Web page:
For visually impaired people, the colours used in a building can make a big difference in terms of accessibility.
To comply with the Disability Discrimination Act (DDA) of 2005, buildings need to be made accessible to people with disabilities. These include providing for access for wheelchair users and disabled toilets.
Many visually impaired people have some sight and typically can distinguish colours. Research at Reading University found that over 80% of visually impaired people can make out some colour differences.
The DDA guidelines state that key areas should be in a colour that contrasts with the background. Doors, door edges and handrails should be in a colour that stands out from the background colours of the ceilings and walls. Guidelines also state that the minimum light reflective value that provides enough contrast is 30 points.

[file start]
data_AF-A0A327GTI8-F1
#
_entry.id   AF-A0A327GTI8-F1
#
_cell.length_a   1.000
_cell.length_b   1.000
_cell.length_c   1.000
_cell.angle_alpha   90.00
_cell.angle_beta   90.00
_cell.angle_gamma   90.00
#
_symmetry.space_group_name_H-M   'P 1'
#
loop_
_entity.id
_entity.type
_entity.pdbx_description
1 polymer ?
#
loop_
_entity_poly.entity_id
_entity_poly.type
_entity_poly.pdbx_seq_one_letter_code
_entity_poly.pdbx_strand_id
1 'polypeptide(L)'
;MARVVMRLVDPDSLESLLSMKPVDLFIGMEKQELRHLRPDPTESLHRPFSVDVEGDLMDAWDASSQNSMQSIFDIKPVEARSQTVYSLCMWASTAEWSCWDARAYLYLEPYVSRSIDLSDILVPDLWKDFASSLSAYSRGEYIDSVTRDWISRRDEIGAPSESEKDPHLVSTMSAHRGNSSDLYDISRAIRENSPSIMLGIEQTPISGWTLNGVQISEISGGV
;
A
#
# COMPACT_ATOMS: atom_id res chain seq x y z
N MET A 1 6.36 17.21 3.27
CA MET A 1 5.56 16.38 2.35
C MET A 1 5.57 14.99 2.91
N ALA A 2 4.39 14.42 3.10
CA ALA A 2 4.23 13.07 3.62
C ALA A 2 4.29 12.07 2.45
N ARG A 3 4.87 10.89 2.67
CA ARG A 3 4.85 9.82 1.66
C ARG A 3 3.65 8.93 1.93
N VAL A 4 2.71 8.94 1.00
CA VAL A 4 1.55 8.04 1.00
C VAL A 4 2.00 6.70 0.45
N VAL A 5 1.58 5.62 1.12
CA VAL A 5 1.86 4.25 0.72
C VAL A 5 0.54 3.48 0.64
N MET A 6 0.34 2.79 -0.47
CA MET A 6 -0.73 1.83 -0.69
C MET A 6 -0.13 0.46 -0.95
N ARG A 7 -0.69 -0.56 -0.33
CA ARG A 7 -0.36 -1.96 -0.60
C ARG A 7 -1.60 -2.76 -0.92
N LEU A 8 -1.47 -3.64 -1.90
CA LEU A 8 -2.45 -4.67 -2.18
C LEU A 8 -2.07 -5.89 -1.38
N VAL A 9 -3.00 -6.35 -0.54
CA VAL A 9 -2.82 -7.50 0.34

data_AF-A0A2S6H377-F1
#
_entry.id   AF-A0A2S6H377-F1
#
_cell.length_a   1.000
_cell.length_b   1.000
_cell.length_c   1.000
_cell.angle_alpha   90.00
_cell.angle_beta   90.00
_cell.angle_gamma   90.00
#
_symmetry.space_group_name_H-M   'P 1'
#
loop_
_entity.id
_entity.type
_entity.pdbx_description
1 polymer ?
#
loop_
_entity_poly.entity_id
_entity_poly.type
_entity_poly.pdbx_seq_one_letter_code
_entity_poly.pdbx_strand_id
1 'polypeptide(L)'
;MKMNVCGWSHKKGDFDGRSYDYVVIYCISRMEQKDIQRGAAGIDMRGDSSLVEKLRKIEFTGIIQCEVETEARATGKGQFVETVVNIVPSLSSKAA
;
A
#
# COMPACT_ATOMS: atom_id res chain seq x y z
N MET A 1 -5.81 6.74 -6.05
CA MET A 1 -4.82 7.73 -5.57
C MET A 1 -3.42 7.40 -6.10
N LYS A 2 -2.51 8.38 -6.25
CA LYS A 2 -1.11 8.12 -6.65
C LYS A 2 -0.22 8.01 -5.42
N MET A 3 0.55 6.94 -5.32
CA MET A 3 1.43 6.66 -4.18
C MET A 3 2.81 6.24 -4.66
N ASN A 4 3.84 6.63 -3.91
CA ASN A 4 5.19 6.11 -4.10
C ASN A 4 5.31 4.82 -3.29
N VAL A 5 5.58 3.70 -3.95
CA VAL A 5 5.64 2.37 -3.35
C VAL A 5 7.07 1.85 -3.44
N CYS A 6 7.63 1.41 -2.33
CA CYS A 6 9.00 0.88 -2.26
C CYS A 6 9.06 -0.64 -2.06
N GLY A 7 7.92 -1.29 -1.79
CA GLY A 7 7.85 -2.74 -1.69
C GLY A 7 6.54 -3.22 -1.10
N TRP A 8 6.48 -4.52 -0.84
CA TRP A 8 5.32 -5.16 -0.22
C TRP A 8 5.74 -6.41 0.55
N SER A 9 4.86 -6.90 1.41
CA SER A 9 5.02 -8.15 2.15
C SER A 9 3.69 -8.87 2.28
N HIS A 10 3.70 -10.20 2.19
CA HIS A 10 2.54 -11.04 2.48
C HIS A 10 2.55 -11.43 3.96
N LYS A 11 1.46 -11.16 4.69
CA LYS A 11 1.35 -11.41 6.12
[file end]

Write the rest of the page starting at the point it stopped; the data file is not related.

Sighted people instantly understand the area they enter. Visually impaired people need to pause in order to gather information about the space. If they come from a bright sunny day from outside, they need time for their eyes to adjust to the new luminance. They then walk slowly scanning an area up to about 2 metres away to spot features. A contrasting coloured door is much easier to spot than one painted the same colour as the wall.
Safety signs are colour coded. For example, a red sign says danger or prohibition. Even if a visually impaired person cannot read the text on a sign, the colour tells them that they need to be cautious.